Omaha, Nebraska (WOWT) – Omaha Public Schools says its new college and career academy and pathway programs have been successful so far. So much so that they are trying to expand it. It is a program that started in all school districts from this year. The school is now presenting updates to the OPS Board of Directors regarding college and career-oriented programs.
“I’ve always wanted to do [major in] Business, but I didn’t know what I wanted to do [do] in business,” he said.
Joshua King is a fourth year student participating in the Business Pathway at Omaha Central High.
He says he hopes to eventually pursue a career in business management, partly because of this program.
“I wish I had done it sooner so I could get a head start on what I wanted to do. It pushed me later, but now these freshmen have the opportunity to grow and understand at a young age,” he said.
Danielle Brandt is an assistant principal at Central High School. She endorsed its implementation.
“The idea was, how can we as a district make sure that every student has access to what happens after high school,” Brandt said.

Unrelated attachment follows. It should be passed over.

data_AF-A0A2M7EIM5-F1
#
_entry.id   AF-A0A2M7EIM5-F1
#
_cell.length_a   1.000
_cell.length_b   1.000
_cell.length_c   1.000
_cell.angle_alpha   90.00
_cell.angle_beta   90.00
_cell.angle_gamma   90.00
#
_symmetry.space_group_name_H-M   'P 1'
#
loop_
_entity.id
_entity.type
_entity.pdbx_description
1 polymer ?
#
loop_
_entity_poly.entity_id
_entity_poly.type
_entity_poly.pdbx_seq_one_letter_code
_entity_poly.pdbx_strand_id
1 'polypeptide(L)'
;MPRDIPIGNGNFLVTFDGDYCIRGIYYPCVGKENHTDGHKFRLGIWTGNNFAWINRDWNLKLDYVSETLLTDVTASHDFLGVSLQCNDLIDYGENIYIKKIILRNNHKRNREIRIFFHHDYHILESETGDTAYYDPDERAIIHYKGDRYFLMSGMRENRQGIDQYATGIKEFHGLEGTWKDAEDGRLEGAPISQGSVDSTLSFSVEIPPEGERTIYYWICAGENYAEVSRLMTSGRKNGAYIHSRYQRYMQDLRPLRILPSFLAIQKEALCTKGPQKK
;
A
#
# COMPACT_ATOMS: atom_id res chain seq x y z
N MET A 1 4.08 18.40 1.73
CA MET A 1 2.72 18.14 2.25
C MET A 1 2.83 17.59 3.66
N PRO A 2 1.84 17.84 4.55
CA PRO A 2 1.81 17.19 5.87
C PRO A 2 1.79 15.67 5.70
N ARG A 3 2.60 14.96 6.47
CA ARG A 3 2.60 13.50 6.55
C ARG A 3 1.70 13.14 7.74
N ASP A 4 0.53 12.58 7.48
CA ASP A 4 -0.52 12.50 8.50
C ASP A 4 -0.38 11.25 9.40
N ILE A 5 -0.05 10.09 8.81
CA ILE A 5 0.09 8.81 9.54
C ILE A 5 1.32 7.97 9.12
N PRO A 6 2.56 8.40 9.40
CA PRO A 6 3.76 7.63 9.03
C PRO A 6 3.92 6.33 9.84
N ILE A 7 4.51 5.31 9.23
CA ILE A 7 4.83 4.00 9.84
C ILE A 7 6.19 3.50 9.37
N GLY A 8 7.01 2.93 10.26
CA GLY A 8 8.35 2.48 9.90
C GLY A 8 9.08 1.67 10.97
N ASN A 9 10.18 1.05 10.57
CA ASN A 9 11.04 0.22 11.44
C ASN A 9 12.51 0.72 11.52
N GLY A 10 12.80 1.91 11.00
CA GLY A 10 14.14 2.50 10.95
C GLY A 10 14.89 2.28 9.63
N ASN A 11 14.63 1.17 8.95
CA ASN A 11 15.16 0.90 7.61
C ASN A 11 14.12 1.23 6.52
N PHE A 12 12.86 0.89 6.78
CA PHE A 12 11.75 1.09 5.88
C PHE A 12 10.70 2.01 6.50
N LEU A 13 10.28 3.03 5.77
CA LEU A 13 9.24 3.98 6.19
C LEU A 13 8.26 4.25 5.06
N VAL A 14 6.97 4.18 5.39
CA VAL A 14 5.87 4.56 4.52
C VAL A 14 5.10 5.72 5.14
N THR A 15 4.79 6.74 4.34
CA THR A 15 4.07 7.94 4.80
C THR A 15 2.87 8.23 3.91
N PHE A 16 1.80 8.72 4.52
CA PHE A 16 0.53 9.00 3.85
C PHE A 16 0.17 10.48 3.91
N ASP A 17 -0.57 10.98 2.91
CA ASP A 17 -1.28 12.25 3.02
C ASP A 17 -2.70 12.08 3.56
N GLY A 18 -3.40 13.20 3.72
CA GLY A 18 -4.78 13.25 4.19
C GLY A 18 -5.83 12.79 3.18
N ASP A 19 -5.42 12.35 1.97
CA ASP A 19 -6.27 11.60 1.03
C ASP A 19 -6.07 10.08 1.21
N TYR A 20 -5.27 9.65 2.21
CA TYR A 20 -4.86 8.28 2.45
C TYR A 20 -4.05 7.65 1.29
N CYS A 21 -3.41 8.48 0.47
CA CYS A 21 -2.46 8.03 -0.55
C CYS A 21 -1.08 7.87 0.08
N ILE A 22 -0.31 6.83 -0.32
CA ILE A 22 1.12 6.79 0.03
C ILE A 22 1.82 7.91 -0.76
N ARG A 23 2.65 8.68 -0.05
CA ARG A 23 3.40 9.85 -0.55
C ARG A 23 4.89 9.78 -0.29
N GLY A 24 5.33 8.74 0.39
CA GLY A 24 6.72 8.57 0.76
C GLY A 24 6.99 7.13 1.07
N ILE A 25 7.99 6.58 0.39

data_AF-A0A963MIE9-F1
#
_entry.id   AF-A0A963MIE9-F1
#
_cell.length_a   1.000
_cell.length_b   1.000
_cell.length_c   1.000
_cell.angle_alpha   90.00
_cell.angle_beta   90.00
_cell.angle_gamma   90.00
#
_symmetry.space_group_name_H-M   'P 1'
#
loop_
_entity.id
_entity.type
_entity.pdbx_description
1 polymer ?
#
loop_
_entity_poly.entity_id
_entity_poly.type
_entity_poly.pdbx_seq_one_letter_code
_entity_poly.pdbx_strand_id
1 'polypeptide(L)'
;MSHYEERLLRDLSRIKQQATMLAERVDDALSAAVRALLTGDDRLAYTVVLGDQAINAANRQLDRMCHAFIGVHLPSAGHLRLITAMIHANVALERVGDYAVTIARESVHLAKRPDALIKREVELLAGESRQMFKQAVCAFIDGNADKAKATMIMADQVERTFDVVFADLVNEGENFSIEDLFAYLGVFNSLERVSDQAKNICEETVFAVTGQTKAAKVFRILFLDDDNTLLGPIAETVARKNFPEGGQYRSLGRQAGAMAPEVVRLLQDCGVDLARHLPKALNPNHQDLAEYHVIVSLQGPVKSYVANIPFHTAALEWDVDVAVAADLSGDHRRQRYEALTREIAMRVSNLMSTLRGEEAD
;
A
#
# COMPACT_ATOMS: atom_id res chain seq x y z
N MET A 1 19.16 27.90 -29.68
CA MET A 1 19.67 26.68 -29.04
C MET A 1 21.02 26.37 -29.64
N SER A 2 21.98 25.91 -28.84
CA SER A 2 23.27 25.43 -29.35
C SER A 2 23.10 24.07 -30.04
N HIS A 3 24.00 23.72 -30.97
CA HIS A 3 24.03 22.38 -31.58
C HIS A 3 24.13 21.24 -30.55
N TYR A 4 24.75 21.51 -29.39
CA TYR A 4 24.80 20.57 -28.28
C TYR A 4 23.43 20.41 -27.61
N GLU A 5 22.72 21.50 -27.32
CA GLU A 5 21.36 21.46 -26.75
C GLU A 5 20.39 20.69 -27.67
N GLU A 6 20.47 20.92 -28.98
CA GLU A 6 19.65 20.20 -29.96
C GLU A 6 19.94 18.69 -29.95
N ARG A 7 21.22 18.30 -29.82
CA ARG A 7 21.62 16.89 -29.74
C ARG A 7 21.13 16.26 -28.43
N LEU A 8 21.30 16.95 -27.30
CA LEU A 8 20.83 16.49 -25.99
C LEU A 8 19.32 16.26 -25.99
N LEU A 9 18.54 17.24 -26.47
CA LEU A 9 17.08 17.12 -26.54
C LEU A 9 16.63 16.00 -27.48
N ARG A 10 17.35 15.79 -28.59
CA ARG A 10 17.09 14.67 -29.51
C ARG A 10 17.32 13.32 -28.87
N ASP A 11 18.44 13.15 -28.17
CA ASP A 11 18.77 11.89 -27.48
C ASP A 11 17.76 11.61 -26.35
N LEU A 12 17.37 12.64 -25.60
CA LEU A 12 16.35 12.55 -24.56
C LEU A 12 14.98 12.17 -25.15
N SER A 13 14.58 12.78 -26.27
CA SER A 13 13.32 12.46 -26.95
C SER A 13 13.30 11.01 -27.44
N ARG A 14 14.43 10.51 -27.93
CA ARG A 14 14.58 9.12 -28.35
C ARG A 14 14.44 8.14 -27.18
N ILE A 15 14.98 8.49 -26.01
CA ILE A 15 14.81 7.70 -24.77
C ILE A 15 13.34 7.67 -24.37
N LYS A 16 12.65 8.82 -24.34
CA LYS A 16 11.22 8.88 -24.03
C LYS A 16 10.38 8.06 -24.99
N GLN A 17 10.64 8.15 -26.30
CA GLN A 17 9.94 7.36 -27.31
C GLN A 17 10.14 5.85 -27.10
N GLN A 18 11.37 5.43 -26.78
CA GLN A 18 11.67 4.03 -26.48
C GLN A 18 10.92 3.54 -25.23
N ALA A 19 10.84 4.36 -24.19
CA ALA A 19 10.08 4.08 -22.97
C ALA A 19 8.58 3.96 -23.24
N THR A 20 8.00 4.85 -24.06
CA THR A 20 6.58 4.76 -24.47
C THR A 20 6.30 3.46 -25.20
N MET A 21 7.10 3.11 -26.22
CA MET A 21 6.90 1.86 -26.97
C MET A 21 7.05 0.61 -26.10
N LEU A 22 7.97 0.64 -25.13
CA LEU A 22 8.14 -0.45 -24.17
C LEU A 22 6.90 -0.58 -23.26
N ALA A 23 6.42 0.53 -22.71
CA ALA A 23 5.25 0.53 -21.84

Academies and pathway options vary by high school.
“So if a kid is in Central and they say, ‘I really want to be a doctor,’ and they don’t necessarily have a particular medical path, we look and say, ‘Hey, you. What do you know? We have global health research pathways to expose you to the UNMC and different locations,” she said.
You can also work your way up with a counselor. Or you can switch if your current path isn’t right for you.
“This is our first year and we have been able to offer a path that every student wants to choose,” says Brandt.
6 News spoke with Dr. Rich Klein, Vice Chancellor of the University of Nebraska Omaha, who helps oversee undergraduate admissions. Even if he doesn’t fall in love with his chosen track, he says it’s worth participating.
“I don’t think it locks them into a particular field long term. “The sooner that change, the better.”
OPS hopes to expand its links with local employers in Omaha to offer internships and extracurricular activities as part of this program.
OPS research shows that students who take three or more career- or technology-based classes have an average 11% higher graduation rate than those who don’t.
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